The key is this: The whole roast needs to be roughly the same temperature throughout when it goes into the oven. A roast that’s the same temperature through and through (regardless of what that temperature is) when it goes into the oven will be the same temperature through and through when it comes out – so guess what you get? Rosy medium rare through and through. Bingo.

So skip the whole countertop thing and go straight from fridge, to searing, to oven.

Rule # 7: DO go low-and-slow

Cooking your roast for a longer period of time at a lower temperature ensures, once again, that the whole roast comes up to temperature evenly. It also reduces the amount of carryover cooking at the end, so there’s less risk of putting too much heat into the roast too quickly. I reccomend cooking your roast at about 250°F which will take about 2 hours for a roast in the 5lb range.

BUT – always cook with TEMPERATURE not TIME – which brings me to my next point:

Rule #8: Cook with TEMPERATURE not TIME

You’ll need a reasonably reliable probe thermometer (I use this one, which is like $20 on Amazon). Insert the probe thermometer into the deepest, coldest part of the roast (you may need to try several stabs to find that magic place). Perfect medium rare is around 130°F, but even going low and slow will still result in some carry over with a large roast, so pull it around 125° for a 5lb roast and about 123° for a 7lb roast (the larger the roast, the more it will carry over).

Rule #9: DO let your meat rest once it comes out of the oven

It’s super important to let your roast rest, lightly tented with foil for a bare minimum of 30 minutes, although an hour is better. Don’t worry, your roast won’t be cold – it will retain a lot of heat for a long time. Resting your roast allows the protiens which have been wound up super tight during the cooking process to relax, and thus allows the juices to redistribute throughout the roast so they’re in the roast, not on the cutting board.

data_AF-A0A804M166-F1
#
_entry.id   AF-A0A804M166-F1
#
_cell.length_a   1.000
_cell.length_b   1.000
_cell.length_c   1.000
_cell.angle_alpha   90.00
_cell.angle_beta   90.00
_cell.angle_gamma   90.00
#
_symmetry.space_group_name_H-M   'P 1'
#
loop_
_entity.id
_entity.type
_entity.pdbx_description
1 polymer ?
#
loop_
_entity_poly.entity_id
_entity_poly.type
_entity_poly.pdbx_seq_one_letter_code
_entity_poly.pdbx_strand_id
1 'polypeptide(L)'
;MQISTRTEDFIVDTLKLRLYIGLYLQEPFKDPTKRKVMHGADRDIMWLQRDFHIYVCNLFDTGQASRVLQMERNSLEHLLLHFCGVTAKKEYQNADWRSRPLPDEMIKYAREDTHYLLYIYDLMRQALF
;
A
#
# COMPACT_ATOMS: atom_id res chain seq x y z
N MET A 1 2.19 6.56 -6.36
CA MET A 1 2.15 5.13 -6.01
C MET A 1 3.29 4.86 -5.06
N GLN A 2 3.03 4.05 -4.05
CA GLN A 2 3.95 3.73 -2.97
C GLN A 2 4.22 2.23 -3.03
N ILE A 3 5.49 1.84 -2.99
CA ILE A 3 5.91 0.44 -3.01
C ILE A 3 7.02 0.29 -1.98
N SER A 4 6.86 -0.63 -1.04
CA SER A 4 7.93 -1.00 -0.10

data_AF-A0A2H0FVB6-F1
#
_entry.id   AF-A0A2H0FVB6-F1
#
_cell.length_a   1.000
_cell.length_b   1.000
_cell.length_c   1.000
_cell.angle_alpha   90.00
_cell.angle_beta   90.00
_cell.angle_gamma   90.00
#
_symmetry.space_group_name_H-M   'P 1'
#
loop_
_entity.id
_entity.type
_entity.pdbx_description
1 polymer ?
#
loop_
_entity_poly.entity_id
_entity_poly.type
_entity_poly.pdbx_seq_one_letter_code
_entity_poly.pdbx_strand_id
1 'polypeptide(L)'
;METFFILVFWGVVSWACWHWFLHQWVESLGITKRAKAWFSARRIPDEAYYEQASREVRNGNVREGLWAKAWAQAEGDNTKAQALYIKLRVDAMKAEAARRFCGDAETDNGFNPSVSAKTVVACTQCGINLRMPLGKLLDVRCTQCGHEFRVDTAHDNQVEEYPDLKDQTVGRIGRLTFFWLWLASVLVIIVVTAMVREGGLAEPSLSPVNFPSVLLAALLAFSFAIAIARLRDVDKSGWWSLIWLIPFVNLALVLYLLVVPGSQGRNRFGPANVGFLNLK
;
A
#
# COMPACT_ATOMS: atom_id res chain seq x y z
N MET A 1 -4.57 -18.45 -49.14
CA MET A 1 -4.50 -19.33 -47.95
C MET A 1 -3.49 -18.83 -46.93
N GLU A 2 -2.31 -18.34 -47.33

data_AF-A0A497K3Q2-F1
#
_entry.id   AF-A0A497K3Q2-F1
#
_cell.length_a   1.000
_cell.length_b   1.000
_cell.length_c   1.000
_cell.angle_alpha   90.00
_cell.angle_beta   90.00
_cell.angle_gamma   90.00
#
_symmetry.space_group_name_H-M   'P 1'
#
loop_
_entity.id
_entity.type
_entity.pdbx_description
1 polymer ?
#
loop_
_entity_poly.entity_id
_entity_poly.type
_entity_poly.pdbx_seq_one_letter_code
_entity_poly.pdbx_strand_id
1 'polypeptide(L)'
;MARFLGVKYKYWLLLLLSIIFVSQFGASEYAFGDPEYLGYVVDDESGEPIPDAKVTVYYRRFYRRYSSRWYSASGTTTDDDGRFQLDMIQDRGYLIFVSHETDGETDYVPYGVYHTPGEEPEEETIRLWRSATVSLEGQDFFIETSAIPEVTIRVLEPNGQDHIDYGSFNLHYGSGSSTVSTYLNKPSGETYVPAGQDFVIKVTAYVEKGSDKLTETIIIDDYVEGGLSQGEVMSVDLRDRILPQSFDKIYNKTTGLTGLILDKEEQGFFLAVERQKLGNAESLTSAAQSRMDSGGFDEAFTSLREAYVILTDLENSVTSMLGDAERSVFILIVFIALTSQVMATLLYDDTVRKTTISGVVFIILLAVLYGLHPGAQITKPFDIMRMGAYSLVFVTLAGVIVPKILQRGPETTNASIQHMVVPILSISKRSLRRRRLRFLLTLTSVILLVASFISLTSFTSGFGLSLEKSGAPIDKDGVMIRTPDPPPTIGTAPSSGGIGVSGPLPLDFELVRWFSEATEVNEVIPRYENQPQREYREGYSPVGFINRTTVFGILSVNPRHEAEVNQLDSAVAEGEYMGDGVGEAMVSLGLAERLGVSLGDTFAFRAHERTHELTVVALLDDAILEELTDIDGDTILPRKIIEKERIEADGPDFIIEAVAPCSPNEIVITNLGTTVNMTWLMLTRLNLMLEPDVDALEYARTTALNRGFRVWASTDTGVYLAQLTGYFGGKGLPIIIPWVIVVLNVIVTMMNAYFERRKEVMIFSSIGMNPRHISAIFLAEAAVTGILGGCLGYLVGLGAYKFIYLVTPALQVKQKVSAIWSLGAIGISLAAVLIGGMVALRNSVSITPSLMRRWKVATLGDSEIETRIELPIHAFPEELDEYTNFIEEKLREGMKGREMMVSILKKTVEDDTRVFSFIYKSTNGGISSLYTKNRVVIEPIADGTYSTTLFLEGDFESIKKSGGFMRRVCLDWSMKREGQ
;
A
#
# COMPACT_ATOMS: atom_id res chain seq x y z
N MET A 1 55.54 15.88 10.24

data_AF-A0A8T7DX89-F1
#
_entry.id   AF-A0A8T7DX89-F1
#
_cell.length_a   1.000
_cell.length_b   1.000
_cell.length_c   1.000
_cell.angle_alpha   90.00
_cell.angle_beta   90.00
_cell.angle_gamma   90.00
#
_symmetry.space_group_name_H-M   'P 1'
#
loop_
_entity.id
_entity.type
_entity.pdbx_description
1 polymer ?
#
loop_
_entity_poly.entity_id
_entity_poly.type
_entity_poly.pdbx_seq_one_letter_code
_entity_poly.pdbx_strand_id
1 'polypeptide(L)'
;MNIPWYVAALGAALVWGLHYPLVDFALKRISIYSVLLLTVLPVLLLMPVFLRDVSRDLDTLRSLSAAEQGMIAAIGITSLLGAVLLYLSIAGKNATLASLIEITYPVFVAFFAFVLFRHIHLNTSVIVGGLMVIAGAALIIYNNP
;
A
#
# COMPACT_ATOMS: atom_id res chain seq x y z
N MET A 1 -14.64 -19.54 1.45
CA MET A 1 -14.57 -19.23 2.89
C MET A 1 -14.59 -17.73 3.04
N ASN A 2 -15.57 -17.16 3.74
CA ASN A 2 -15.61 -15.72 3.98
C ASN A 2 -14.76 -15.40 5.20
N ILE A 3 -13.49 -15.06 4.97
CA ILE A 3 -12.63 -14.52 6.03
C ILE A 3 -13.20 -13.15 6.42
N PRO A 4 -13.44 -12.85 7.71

Want to get really sciency about it? Leave the thermometer in the roast while it rests. Let it continue to carry over. When the temperature stalls, and then drops a degree or two, your roast is ready to carve.

Here’s the TL;DR:


  1. 5 – 7lb Roast, well trimmed, straight out of the fridge (no resting)
  2. Olive oil, kosher salt, and pepper – score the remaining fat cap to prevent the roast from curling up in the pan
  3. Tie with twine to ensure even shape
  4. Sear the roast on all sides in a screaming hot cast iron skillet or sauté pan
  5. Insert a probe thermometer in the deepest, coldest part of the roast (my roast last year, pictured above, had an initial start temp of 42°F)
  6. Place on a wire rack, set over a baking sheet, into a 250°F oven
  7. Pull between 123°F and 125°F
  8. Rest for a minimum of 30 minutes, or until the temperature ceases to rise and drops by a degree or two. Again, last year, I pulled my roast at 124°F, it took 45 minutes for it to carry over to 131°F and it was damn near perfect


  • 15 minutes to prep and sear
  • 2 hours in the oven at 250°F
  • 45 minute rest
  • Three hours TOTAL – so if you want to eat at 7pm, start working on your roast at 4pm

Happy Holidays everyone!


Leave a Reply

Fill in your details below or click an icon to log in: Logo

You are commenting using your account. Log Out /  Change )

Facebook photo

You are commenting using your Facebook account. Log Out /  Change )

Connecting to %s

This site uses Akismet to reduce spam. Learn how your comment data is processed.